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Graduate Program Requirements (before July 2019)
The conception of linguistics embraced by the Yale PhD program requires that students receive training that is both deep in its coverage of areas of linguistic inquiry and broad in the range of methodological approaches. The course work requirements are designed to accomplish these complementary goals. This course work must include a set of core courses, designed to expose students to core theoretical ideas, together with courses exposing students to a range of methodologies in linguistic research.
During their first six terms, students must complete a minimum of fourteen term courses at the graduate level, of which seven must be completed during the first two terms, and twelve during the first four terms. During the initial two years of course work, students must receive at least three grades of H (= Honors). Two grades of F, or three of P or F, during the initial two-year period constitute grounds for dismissal from the PhD program.
The core requirement ensures that students achieve expertise at the level of the following courses:
- LING 580, Morphology
- LING 612, Linguistic Change
- LING 620, General Phonetics (formerly 520)
- LING 635, Phonological Theory (formerly 535)
- LING 654, Syntax II
- LING 663, Semantics
The usual way to demonstrate this expertise will be to take all of these courses. Because several of these courses have prerequisites, students will typically need to take more basic courses in order to prepare themselves for the courses listed here. For example, LING 632, Introduction to Phonological Analysis, serves as a prerequisite for LING 635; and LING 653, Syntax I, is a prerequisite for LING 654; entering students usually take both of these prerequisite courses in the first term. However, students entering the PhD program with sufficient background will be able to place out of antecedent courses. To facilitate placement, reading lists covering the material in the following basic courses will be provided, and students may request to take placement exams in areas in which their previous preparation is such that they could proceed directly to more advanced course work: LING 512, Historical Linguistics; LING 620, General Phonetics (formerly 520); LING 632, Introduction to Phonological Analysis (formerly 532); LING 653, Syntax I (formerly 553); LING 663, Semantics.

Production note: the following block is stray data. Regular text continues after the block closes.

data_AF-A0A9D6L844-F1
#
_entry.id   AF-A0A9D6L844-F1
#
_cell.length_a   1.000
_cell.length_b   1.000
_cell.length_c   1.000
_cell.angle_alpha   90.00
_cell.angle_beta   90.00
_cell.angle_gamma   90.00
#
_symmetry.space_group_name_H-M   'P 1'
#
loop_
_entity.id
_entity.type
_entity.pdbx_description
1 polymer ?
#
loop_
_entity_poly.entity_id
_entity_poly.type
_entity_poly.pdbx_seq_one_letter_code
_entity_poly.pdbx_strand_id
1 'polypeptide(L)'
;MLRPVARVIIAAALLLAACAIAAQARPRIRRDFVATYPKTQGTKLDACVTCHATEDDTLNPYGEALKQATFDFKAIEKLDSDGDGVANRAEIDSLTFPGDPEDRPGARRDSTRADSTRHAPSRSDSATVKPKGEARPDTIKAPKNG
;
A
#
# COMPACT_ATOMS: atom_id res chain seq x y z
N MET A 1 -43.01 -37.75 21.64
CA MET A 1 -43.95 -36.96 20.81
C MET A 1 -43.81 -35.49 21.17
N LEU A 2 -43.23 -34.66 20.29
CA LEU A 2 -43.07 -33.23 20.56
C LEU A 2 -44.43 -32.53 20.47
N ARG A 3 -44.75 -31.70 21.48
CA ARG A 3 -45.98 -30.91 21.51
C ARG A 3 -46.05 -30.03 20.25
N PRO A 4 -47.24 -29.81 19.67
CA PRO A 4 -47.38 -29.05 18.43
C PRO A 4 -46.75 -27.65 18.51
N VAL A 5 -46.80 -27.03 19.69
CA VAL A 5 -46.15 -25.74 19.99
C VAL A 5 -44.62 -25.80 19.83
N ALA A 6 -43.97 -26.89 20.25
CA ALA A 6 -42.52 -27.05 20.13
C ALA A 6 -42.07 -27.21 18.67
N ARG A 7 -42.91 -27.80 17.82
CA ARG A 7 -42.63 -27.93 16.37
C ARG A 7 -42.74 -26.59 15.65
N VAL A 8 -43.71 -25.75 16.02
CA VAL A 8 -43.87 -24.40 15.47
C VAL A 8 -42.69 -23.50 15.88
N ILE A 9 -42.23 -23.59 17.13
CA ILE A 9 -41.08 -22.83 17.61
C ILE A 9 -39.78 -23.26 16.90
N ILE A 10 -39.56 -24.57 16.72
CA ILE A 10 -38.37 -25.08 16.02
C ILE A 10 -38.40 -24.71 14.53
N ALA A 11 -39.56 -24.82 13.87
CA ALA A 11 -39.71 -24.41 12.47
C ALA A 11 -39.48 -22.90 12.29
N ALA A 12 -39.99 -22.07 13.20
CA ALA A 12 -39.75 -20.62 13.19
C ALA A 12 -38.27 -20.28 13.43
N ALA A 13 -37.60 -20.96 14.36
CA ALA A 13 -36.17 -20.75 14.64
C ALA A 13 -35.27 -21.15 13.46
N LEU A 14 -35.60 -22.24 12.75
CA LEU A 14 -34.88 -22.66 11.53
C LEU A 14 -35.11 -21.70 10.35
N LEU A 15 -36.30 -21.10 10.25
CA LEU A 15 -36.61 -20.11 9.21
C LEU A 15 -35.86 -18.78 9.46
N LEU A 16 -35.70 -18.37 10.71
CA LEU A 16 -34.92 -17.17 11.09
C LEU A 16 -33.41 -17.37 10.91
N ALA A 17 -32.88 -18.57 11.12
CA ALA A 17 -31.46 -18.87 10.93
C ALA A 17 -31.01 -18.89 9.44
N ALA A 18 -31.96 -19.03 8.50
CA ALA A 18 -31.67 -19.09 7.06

By August 1, entering students may send a request to the DGS for a placement exam in any of these five areas. The exams will be given during the week prior to the fall term. Passing an exam allows the student to place out of the corresponding course. Students placing out of courses are nonetheless expected to complete the same requirement of a minimum of fourteen term courses in the first three years.
For the methodology requirement, students must take three relevant courses. The following courses, which are offered regularly by the department, qualify, but other courses may as well, to be determined in consultation with the adviser and DGS:
- LING 600, Experimentation in Linguistics
- LING 624, Formal Foundations for Linguistic Theory
- LING 627, Language and Computation (formerly 541)
- LING 630, Techniques in Neurolinguistics
- LING 631, Neurolinguistics
- LING 641, Field Methods
One of the methodology courses must be taken during the first year of the program, and two must be completed by the end of the second year.